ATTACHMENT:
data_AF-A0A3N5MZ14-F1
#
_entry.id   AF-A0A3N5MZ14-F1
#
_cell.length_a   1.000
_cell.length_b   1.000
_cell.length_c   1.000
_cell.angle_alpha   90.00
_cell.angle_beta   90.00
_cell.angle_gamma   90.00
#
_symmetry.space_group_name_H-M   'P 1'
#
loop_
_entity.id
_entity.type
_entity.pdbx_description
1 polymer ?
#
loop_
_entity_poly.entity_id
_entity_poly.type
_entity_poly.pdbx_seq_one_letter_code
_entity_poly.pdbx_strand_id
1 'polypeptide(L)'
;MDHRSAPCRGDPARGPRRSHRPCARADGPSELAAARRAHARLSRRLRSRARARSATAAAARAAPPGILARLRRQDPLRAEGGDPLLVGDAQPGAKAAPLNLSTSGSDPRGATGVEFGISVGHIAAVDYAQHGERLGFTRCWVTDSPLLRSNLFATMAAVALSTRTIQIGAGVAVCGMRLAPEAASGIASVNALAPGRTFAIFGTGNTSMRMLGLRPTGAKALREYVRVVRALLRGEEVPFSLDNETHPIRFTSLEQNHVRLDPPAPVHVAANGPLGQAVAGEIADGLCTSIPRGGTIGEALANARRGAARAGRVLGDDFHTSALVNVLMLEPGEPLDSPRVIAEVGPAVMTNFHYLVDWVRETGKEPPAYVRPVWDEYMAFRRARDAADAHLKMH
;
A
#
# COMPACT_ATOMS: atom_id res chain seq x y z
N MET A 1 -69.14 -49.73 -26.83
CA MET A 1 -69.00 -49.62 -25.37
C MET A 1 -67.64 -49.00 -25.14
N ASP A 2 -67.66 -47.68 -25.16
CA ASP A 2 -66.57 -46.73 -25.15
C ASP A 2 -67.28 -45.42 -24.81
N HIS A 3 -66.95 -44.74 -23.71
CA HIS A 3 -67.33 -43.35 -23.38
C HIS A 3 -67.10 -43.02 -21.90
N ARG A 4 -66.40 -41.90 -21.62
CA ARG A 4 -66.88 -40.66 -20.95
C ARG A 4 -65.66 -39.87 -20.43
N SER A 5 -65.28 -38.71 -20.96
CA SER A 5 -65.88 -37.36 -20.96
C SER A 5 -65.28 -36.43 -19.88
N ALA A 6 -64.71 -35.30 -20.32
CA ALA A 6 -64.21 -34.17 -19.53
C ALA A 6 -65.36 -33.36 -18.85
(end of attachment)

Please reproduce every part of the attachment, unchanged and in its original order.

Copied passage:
data_AF-A0A3N5MZ14-F1
#
_entry.id   AF-A0A3N5MZ14-F1
#
_cell.length_a   1.000
_cell.length_b   1.000
_cell.length_c   1.000
_cell.angle_alpha   90.00
_cell.angle_beta   90.00
_cell.angle_gamma   90.00
#
_symmetry.space_group_name_H-M   'P 1'
#
loop_
_entity.id
_entity.type
_entity.pdbx_description
1 polymer ?
#
loop_
_entity_poly.entity_id
_entity_poly.type
_entity_poly.pdbx_seq_one_letter_code
_entity_poly.pdbx_strand_id
1 'polypeptide(L)'
;MDHRSAPCRGDPARGPRRSHRPCARADGPSELAAARRAHARLSRRLRSRARARSATAAAARAAPPGILARLRRQDPLRAEGGDPLLVGDAQPGAKAAPLNLSTSGSDPRGATGVEFGISVGHIAAVDYAQHGERLGFTRCWVTDSPLLRSNLFATMAAVALSTRTIQIGAGVAVCGMRLAPEAASGIASVNALAPGRTFAIFGTGNTSMRMLGLRPTGAKALREYVRVVRALLRGEEVPFSLDNETHPIRFTSLEQNHVRLDPPAPVHVAANGPLGQAVAGEIADGLCTSIPRGGTIGEALANARRGAARAGRVLGDDFHTSALVNVLMLEPGEPLDSPRVIAEVGPAVMTNFHYLVDWVRETGKEPPAYVRPVWDEYMAFRRARDAADAHLKMH
;
A
#
# COMPACT_ATOMS: atom_id res chain seq x y z
N MET A 1 -69.14 -49.73 -26.83
CA MET A 1 -69.00 -49.62 -25.37
C MET A 1 -67.64 -49.00 -25.14
N ASP A 2 -67.66 -47.68 -25.16
CA ASP A 2 -66.57 -46.73 -25.15
C ASP A 2 -67.28 -45.42 -24.81
N HIS A 3 -66.95 -44.74 -23.71
CA HIS A 3 -67.33 -43.35 -23.38
C HIS A 3 -67.10 -43.02 -21.90
N ARG A 4 -66.40 -41.90 -21.62
CA ARG A 4 -66.88 -40.66 -20.95
C ARG A 4 -65.66 -39.87 -20.43
N SER A 5 -65.28 -38.71 -20.96
CA SER A 5 -65.88 -37.36 -20.96
C SER A 5 -65.28 -36.43 -19.88
N ALA A 6 -64.71 -35.30 -20.32
CA ALA A 6 -64.21 -34.17 -19.53
C ALA A 6 -65.36 -33.36 -18.85